Although they were hardworking and industrious, many Turks did not escape the prejudice frequently directed at newcomers. Occasionally, they were called "Ali Hassans" or "Abdul Hamids" and some newspapers would ridicule the "terrible Turk" or Islam. Among the Turks, however, there was much tolerance for Turkish minorities, especially Turkish Jews, who were fully accepted and respected by their recently arriving compatriots.
Turks obtained work in factories in New York, Detroit, and Chicago and also in the New England leather industry. Sizable numbers worked in Massachusetts, in the leather factories of Lynn and Salem and the wire factories of Worcester. Forced to work long hours at low pay in unsanitary and unsafe conditions, some Turkish workers were involved in strikes against management, who generally viewed the Turks as "good workers."
Because of the precarious situation in Turkey and concern for their families, most Turks—one estimate was 35,000—stayed for a decade or less and then returned to their Anatolian villages before the Great Depression. A small number of Turks stayed in the United States, learned English, and married American women. According to one estimate, only a few hundred remained in this country.
As a result, the diminished Turkish American community became more close-knit. Social life revolved around coffee houses and benevolent societies. In Peabody, Massachusetts, coffee houses on Walnut Street became a congregating place for the Turks living in the area. It was here that community members would exchange news about their villages while sipping Turkish coffee and noshing on sweet pastry.
Turkish food is widely regarded as one of the world's major cuisines. It is noted for its careful preparation and rich ingredients. A typical Turkish meal begins with soup or meze (hors d'oeuvres), followed in succession by the main course (usually red meat, chicken, or fish), vegetables cooked in olive oil, dessert, and fresh fruit. Turkish coffee completes the feast and is served in small cups.
Favorite soups include wedding soup, which combines chicken and beef broth, eggs, lemon, and vegetables; lentil soup, which flavors the basic bean with beef broth, flour, butter, and paprika; and tarhana soup, which is made with a dried preparation of flour, yogurt, tomato, and red pepper flakes. Although most meals begin with soup, tripe soup— featuring a sauce of vinegar and garlic—is served after a complete dinner and is usually accompanied by alcoholic drinks.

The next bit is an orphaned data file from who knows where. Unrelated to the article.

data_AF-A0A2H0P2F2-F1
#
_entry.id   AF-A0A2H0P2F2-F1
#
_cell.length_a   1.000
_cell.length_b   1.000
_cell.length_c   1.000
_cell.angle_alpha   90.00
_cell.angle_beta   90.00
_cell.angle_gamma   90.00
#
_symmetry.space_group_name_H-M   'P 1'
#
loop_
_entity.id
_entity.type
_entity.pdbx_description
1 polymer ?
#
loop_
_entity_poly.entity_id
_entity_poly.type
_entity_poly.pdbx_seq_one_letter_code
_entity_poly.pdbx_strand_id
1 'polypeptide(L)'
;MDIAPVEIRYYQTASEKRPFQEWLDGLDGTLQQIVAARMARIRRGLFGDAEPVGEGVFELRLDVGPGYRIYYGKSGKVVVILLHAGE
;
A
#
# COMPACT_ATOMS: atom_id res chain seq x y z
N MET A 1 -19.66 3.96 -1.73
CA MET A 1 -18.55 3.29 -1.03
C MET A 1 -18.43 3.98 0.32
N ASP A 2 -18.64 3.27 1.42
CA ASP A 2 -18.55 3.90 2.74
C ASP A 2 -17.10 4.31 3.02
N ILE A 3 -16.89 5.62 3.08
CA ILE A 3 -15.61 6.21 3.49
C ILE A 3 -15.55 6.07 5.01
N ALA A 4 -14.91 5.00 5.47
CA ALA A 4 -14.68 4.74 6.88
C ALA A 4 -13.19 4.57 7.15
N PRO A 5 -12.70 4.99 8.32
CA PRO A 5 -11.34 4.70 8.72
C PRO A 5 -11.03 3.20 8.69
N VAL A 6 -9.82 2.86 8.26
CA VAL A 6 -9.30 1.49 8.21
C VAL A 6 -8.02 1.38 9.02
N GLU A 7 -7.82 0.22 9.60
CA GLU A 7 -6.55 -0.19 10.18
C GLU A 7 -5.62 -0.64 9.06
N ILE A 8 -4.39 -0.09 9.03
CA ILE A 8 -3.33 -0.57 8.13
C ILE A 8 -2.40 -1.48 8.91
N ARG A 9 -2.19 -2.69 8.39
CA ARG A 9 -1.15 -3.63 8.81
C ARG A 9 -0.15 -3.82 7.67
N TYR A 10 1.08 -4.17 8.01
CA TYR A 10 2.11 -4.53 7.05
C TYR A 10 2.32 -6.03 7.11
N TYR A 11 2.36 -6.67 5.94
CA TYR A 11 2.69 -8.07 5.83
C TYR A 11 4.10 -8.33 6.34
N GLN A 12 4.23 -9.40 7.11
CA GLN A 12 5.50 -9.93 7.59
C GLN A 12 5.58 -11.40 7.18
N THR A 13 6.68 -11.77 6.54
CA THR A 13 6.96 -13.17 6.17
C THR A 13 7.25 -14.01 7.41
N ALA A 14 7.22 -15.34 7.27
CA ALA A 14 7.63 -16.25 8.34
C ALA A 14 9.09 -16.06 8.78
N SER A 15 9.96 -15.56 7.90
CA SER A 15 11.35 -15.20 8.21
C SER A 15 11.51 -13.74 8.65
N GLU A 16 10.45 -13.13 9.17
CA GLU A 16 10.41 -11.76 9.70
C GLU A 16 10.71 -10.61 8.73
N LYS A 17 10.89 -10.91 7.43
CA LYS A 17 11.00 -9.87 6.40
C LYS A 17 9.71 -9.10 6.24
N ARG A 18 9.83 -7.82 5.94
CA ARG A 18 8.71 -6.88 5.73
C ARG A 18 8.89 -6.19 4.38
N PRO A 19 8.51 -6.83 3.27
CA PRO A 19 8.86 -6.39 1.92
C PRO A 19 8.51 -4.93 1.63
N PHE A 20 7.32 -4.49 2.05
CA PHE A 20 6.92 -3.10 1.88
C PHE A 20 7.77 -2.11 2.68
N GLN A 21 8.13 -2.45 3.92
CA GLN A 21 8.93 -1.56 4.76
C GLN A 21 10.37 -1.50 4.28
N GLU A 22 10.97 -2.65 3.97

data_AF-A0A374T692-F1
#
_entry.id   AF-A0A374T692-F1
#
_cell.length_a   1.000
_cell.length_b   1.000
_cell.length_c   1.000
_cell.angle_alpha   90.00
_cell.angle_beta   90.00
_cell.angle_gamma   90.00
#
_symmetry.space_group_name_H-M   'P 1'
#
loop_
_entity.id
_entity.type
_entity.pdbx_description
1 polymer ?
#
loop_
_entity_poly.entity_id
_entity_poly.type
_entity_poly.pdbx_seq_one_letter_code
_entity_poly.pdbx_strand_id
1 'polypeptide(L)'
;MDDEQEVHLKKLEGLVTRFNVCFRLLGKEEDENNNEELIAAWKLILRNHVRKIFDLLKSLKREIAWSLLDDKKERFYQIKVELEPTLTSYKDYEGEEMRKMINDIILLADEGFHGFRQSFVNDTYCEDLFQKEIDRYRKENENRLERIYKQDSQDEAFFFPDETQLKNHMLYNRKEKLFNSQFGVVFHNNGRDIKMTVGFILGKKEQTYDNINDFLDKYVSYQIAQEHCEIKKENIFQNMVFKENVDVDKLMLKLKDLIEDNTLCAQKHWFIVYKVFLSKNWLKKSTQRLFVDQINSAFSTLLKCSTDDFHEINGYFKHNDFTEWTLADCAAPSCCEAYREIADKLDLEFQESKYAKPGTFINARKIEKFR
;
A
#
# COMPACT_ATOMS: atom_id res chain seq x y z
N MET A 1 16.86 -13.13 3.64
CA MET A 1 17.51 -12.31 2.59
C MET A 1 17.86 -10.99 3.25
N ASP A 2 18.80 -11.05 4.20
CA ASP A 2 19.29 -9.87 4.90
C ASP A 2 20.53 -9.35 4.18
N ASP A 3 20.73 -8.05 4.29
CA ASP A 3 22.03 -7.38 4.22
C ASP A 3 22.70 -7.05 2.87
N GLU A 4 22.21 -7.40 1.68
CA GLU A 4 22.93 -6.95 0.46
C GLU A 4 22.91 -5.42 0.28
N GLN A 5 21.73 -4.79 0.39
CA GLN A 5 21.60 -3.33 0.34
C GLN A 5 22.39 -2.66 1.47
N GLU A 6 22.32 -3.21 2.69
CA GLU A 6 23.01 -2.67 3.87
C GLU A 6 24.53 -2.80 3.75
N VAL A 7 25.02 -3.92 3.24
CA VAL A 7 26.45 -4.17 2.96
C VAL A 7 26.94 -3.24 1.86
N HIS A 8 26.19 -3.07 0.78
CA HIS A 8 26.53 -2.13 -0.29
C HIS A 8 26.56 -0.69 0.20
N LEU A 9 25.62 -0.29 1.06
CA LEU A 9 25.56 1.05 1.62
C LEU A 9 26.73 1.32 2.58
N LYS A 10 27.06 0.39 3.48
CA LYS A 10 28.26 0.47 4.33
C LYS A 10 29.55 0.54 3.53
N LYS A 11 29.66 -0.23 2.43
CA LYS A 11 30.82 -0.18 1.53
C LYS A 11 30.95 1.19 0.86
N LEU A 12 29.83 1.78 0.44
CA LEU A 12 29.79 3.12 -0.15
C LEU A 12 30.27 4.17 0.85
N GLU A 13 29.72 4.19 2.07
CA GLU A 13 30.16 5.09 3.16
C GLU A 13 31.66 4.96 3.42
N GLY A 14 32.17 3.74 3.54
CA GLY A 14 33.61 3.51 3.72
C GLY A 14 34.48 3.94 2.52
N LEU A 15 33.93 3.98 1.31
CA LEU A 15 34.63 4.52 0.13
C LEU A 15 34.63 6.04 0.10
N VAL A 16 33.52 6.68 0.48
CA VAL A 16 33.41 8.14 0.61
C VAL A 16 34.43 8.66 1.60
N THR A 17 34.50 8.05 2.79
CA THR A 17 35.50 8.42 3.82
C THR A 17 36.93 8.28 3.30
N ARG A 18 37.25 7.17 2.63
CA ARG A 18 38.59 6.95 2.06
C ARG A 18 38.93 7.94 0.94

Borek, which is a pastry roll filled with cheese or ground meat, and dolma, made from stuffed grape leaves, green pepper or eggplant are most often served prior to the meal. The meze tray features salads and purees, but may also include eggplant, caviar, lamb or veal, fried vegetables with yogurt sauce, and a wide variety of seafood.
The main course sometimes consists of seafood, which may be grilled, fried, or stewed. Kofte (meatballs) are another specialty, served grilled, fried, or stewed with vegetables. Fresh vegetables are widely used, served either hot or cold. Vegetables cooked with olive oil are essential to Turkish cuisine. Eggplant, peppers, green beans, and peas are the primary vegetables cooked with olive oil, which is also used as a main ingredient in salads. Rice pilaf, which sometimes contains currants and pine nuts, is served as a side dish. Buttermilk, made of yogurt and water, is preferred with meat dishes. Rakl, a drink similar to anisette, is often consumed as an alternative to wine.
The final touch to a meal is a tray of fresh fruits, including peaches, apples, pears, raisins, figs, oranges, and melons. Dessert treats include: baklava, a flaky pastry dipped in syrup; bulbul yuvasi, thin pastry leaves with walnut filling and lemon peel syrup; sekerpare, sweet cookies; and lokma, Turkish fritters. Puddings are also popular, including muhallebi, milk pudding, and sutlac, rice pudding.